However, these regulatory measures have not been able to do away with the challenges in its compliance. Some of these significant challenges are as follows.
The anonymity factor:
According to the FATF Recommendations number 16, which is more commonly known as the ‘Travel Rule,’ all crypto businesses are required to collect personal data of the sender of funds and the recipient in blockchain transactions and store them safely.
This notable regulation means that this data will be accessible to the authorities whenever they need to have better supervision and enforcement of the existing or newer crypto regulations.
In simple words, this means that the authorities will know exactly what is done by whom from now on.
A significant challenge it surely is, since anonymity and transparency are commensurate with crypto.
Though these regulations on crypto will surely increase the efficacy of this new asset class it somewhat contradicts the anonymity aspect.
This may pull back some of the investors and traders who specifically favor crypto for its ability to maintain anonymity, and in turn, it will surely hinder the growth of the market and the industry.
However, the FinCEN tried to make this rule a little less harsh on the people by bringing down the threshold under FATF rules from the $1,000 to just $250 provided the transactions starts and ends outside the United States.
No matter what, implementation of the Travel Rule seems to be very unrealistic because it causes unnecessary headaches and challenges for the crypto users and operators alike.
This is because it is very difficult, if not impossible, to design a Travel Rule complaint system that will make everyone happy.
One of the most significant challenges of it is to deduce who owns a particular address on the blockchain and with whom the info is to be shared.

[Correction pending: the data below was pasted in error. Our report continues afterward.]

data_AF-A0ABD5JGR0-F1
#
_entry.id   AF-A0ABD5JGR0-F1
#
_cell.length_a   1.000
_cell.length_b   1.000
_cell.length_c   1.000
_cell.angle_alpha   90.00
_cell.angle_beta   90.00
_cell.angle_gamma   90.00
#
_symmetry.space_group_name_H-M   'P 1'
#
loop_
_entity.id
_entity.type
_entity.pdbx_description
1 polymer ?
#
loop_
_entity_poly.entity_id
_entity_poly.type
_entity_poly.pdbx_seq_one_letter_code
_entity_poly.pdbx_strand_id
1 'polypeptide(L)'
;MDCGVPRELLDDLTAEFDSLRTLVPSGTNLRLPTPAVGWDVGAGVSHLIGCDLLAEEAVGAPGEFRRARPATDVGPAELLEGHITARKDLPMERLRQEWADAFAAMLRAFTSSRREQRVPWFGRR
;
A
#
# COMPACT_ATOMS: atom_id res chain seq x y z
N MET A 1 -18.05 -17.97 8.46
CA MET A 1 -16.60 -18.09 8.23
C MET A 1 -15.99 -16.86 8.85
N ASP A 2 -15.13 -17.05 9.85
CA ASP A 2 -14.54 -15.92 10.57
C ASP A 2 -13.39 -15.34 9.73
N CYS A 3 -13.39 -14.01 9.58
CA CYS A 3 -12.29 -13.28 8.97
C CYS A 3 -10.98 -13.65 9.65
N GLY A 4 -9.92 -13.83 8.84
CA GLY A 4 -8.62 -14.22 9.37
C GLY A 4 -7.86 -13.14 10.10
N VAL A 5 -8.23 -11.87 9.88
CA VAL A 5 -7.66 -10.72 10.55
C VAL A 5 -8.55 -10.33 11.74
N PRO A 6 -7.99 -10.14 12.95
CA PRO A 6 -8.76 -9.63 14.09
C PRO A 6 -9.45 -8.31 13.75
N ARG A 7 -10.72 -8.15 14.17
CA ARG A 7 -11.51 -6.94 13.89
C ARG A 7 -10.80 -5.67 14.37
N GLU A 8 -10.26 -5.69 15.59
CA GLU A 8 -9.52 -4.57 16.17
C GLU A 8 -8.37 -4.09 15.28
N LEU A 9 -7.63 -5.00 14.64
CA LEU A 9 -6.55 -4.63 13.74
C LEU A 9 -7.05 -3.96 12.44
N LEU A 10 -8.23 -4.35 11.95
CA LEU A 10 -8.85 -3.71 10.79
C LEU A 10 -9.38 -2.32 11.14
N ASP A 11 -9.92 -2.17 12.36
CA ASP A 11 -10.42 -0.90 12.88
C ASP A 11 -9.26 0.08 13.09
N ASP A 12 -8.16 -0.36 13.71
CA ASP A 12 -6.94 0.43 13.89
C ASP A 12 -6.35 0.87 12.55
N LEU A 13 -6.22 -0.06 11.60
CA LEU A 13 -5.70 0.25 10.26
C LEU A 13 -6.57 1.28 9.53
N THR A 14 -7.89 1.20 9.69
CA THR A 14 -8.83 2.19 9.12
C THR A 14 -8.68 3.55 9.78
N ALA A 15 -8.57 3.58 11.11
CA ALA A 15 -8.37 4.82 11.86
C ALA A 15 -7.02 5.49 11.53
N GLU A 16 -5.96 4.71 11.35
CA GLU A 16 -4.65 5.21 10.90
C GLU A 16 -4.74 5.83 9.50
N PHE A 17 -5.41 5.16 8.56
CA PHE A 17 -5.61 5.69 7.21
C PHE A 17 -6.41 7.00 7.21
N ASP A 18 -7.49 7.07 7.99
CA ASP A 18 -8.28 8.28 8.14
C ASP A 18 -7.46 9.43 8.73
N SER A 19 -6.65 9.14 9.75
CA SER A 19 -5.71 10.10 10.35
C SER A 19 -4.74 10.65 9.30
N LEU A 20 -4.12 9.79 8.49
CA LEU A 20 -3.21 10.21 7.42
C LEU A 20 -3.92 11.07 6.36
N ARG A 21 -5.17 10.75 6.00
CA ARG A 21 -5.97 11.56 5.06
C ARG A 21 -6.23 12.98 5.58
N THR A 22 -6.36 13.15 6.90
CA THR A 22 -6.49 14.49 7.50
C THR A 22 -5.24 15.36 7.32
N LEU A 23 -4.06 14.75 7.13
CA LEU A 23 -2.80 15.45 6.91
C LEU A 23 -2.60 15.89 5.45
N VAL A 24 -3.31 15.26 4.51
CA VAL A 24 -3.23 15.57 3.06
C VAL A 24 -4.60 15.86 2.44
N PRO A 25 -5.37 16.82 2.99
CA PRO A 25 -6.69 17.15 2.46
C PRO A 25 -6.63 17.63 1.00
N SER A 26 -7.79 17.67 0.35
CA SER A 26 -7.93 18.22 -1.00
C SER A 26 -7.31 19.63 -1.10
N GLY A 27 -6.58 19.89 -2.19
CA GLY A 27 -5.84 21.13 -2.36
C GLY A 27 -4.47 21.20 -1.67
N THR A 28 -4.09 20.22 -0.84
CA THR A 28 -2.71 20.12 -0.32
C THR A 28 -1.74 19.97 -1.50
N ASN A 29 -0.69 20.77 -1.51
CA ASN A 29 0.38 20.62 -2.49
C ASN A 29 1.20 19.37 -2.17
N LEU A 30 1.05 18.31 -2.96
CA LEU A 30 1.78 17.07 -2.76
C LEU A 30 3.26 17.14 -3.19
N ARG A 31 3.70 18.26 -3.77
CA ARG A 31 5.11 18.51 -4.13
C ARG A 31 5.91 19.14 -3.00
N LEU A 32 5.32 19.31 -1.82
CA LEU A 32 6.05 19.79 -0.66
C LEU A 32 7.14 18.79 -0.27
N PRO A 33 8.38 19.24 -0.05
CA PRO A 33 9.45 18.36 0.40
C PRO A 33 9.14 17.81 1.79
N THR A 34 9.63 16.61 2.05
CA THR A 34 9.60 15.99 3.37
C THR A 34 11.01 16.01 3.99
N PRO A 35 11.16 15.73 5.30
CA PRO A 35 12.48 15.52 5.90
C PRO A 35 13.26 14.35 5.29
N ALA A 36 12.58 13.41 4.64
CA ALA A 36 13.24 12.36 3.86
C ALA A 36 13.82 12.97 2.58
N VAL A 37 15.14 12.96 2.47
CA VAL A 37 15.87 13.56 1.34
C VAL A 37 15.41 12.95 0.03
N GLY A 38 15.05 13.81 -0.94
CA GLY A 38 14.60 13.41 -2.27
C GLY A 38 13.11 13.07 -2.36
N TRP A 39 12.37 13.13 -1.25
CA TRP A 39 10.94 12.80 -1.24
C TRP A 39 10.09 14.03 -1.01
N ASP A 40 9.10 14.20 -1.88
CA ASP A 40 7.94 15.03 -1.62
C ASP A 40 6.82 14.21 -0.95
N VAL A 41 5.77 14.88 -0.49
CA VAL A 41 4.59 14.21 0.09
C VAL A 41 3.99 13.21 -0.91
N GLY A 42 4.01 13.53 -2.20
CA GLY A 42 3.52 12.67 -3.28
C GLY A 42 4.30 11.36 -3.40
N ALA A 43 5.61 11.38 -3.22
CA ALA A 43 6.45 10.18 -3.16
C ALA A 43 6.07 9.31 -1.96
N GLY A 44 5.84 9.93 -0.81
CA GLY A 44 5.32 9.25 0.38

However, as of now it has been easy because the businesses are following a piecemeal approach and are rolling out products to jurisdictions like Singapore, Switzerland, and the US.
However, looking at the other side of the coin, the crypto industry does need some regulations since it is one of the best and fastest ways for criminal financial trading.
And these crimes encompass everything from money laundering to illegal weapons trade, and from financing terrorism activities to human trafficking.
All of these crimes are international and therefore it should be an international effort.
However, it is the decentralized character of the blockchain technology that presents a difficult challenge here.
Rules of fiat landscape imposed:
Another significant challenge of the regulatory measures on crypto and its compliance is that the rules and regulations that are best suited for the traditional financial institutions are being implemented into the crypto landscape on a whole scale!
This is quite arguably a wrong thing to do because it does not take the uniqueness and innovative nature of this technology into account.
Typically, traditional regulations of the fiat landscape do not reciprocally fit well into every aspect of every aspect of the blockchain technology or crypto.